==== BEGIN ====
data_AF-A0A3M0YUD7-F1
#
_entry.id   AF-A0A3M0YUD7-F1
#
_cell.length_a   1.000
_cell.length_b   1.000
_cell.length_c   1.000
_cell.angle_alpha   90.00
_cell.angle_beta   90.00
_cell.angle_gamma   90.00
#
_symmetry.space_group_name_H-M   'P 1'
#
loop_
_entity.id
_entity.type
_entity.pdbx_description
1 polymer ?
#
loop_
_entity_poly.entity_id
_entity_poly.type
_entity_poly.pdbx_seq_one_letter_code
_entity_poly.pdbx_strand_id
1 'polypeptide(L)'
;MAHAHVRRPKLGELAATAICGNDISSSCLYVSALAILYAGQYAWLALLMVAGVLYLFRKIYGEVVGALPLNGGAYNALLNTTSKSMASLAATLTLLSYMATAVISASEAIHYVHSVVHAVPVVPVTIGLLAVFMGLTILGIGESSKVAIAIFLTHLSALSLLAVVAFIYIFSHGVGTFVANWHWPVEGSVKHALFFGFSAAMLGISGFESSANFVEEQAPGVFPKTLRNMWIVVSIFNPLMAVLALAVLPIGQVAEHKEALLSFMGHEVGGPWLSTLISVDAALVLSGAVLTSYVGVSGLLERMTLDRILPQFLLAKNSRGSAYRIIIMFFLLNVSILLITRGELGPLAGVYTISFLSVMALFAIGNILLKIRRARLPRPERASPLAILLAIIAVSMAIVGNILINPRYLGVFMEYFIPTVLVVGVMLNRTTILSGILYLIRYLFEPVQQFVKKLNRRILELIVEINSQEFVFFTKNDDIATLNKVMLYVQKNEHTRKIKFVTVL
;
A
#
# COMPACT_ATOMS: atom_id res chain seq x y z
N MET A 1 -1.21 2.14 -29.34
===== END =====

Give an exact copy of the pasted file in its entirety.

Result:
data_AF-A0A3M0YUD7-F1
#
_entry.id   AF-A0A3M0YUD7-F1
#
_cell.length_a   1.000
_cell.length_b   1.000
_cell.length_c   1.000
_cell.angle_alpha   90.00
_cell.angle_beta   90.00
_cell.angle_gamma   90.00
#
_symmetry.space_group_name_H-M   'P 1'
#
loop_
_entity.id
_entity.type
_entity.pdbx_description
1 polymer ?
#
loop_
_entity_poly.entity_id
_entity_poly.type
_entity_poly.pdbx_seq_one_letter_code
_entity_poly.pdbx_strand_id
1 'polypeptide(L)'
;MAHAHVRRPKLGELAATAICGNDISSSCLYVSALAILYAGQYAWLALLMVAGVLYLFRKIYGEVVGALPLNGGAYNALLNTTSKSMASLAATLTLLSYMATAVISASEAIHYVHSVVHAVPVVPVTIGLLAVFMGLTILGIGESSKVAIAIFLTHLSALSLLAVVAFIYIFSHGVGTFVANWHWPVEGSVKHALFFGFSAAMLGISGFESSANFVEEQAPGVFPKTLRNMWIVVSIFNPLMAVLALAVLPIGQVAEHKEALLSFMGHEVGGPWLSTLISVDAALVLSGAVLTSYVGVSGLLERMTLDRILPQFLLAKNSRGSAYRIIIMFFLLNVSILLITRGELGPLAGVYTISFLSVMALFAIGNILLKIRRARLPRPERASPLAILLAIIAVSMAIVGNILINPRYLGVFMEYFIPTVLVVGVMLNRTTILSGILYLIRYLFEPVQQFVKKLNRRILELIVEINSQEFVFFTKNDDIATLNKVMLYVQKNEHTRKIKFVTVL
;
A
#
# COMPACT_ATOMS: atom_id res chain seq x y z
N MET A 1 -1.21 2.14 -29.34